The RF algorithm (Breiman, 2001) has been applied for upscaling flux data to regional (Xu et al., 2018) and global (Jung et al., 2017; Zeng et al., 2020) scales and recently for gap-filling flux data (Huang and Hsieh, 2020; Kim et al., 2020). The RF algorithm uses bootstrap aggregation and feature randomness when generating each individual tree to try to create many independent decision trees that operate as an ensemble of the prediction results. In this study, we create 500 regression trees for each case using the “randomForest” R package (Liaw and Wiener, 2002), in which the tuning parameter is the number of randomly selected predictors (i.e., mtry equals 7). In addition, the RF allows the estimation of relative importance of input variables, and such a feature has been utilized in previous studies to help interpret the results (Irvin et al. 2021; Kim et al., 2020).
2.4.4 Support vector machine (SVM)
The SVM algorithm (Cortes and Vapnik, 1995) has also been applied for gap-filling (Huang and Hsieh, 2020; Kim et al., 2020) and upscaling (Xu et al., 2018) flux data. The SVM algorithm can convert nonlinear regressions into linear regressions by projecting the original finite-dimensional space into the much higher-dimensional space with a predefined kernel function. In this study, we use the radial basic kernel function and the “kernlab” R package (Karatzoglou et al., 2004), where the tuning parameters include the inverse kernel width (i.e., sigma = 0.13) and the cost regularization parameter (i.e., C=27).
2.4.5 A two-layer RF-based gap-filling framework (RF-2L) for extremely long gaps
Numerous studies have suggested that the performance of ML algorithms decreases with increasing the gap length and that the ML algorithms are only reliable for gaps shorter than a couple weeks (Huang and Hsieh, 2020; Irvin et al., 2021; Kim et al., 2020; Mahabbati et al., 2021). In order to fill the extremely long gaps (i.e., a couple months), we propose and examine a two-layer RF-based gap-filling framework (RF-2L) because the RF outperforms most of the other ML algorithms in gap-filling the half-hourly fluxes over various ecosystems (Huang and Hsieh, 2020; Irvin et al., 2021; Kim et al., 2020; Mahabbati et al., 2021) and is more time efficient than the ANN (Irvin et al., 2021). The procedures of the RF-2L include the following: (1) train the RF model using the half-hourly data and fill the NEE gaps shorter than 7 d; (2) calculate daily means of the input variables and the partially filled NEE data; and (3) train the RF model using the daily data and fill the gaps in the daily NEE data.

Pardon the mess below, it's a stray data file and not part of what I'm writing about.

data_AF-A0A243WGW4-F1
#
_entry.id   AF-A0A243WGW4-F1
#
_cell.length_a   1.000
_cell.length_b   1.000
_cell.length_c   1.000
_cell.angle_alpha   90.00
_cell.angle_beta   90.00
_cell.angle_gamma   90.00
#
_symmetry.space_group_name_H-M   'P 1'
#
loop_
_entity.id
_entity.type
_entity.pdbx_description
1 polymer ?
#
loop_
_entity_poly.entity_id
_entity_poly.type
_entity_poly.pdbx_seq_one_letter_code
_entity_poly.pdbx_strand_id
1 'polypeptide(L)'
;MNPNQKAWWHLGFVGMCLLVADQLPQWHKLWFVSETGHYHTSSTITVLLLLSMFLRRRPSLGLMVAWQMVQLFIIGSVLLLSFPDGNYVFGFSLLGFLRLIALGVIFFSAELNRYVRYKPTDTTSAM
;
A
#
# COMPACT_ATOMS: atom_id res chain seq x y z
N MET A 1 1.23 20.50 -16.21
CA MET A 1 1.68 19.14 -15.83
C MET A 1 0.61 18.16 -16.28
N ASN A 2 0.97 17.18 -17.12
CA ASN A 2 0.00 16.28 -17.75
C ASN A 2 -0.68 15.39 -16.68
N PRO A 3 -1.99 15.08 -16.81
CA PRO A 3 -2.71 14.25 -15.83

2.5 Input variables
Besides the abovementioned meteorological variables, the input variables for the ML algorithms also include the normalized difference vegetation index (NDVI) and enhanced vegetation index (EVI) from the Moderate Resolution Imaging Spectroradiometer (MODIS) and three fuzzy variables (i.e., decimal day of year and sine and cosine functions to represent seasonal changes) following Moffat et al. (2007). We obtained the NDVI and EVI data around the flux tower location from the MOD13Q1 version 6 data product (https://lpdaac.usgs.gov/products/mod13q1v006/, last access: 13 July 2020) at 16 d temporal and 250 m spatial resolutions (Didan, 2015). The 16 d NDVI and EVI data were resampled to 30 min using cubic spline interpolation. Note that soil water content (SWC) and groundwater table are not included in the inputs because (1) the SWC measurements at these AWN stations had some issues for the study period and could not be used to fill the long gaps in tower SWC data, and (2) the station is primarily fed by rainfall without groundwater access (Missik et al., 2019, 2021).
With the RF, we estimate the relative importance of the input variables for the three different time-of-day scenarios, respectively (Fig. 1). For the model trained using all the data and the daytime data, Rg is the most important variable, while for the model trained using the nighttime data, Tair and RH are the most important variables. Overall, the estimated variable importance indicates that, for the three different time-of-day scenarios, the meteorological inputs except Rg for the nighttime data play a comparable role in the trained gap-filling models. Note that there exists collinearity among the various variables, and thus the model performance might approach a plateau with certain input variables and increase slightly with increasing number of inputs, resulting in a slower, less efficient model. However, to be consistent with previous studies (e.g., Kim et al., 2020; Moffat et al., 2007), we also include all available meteorological variables as the inputs to train and evaluate the models.
2.6 Artificial gap scenarios and performance evaluation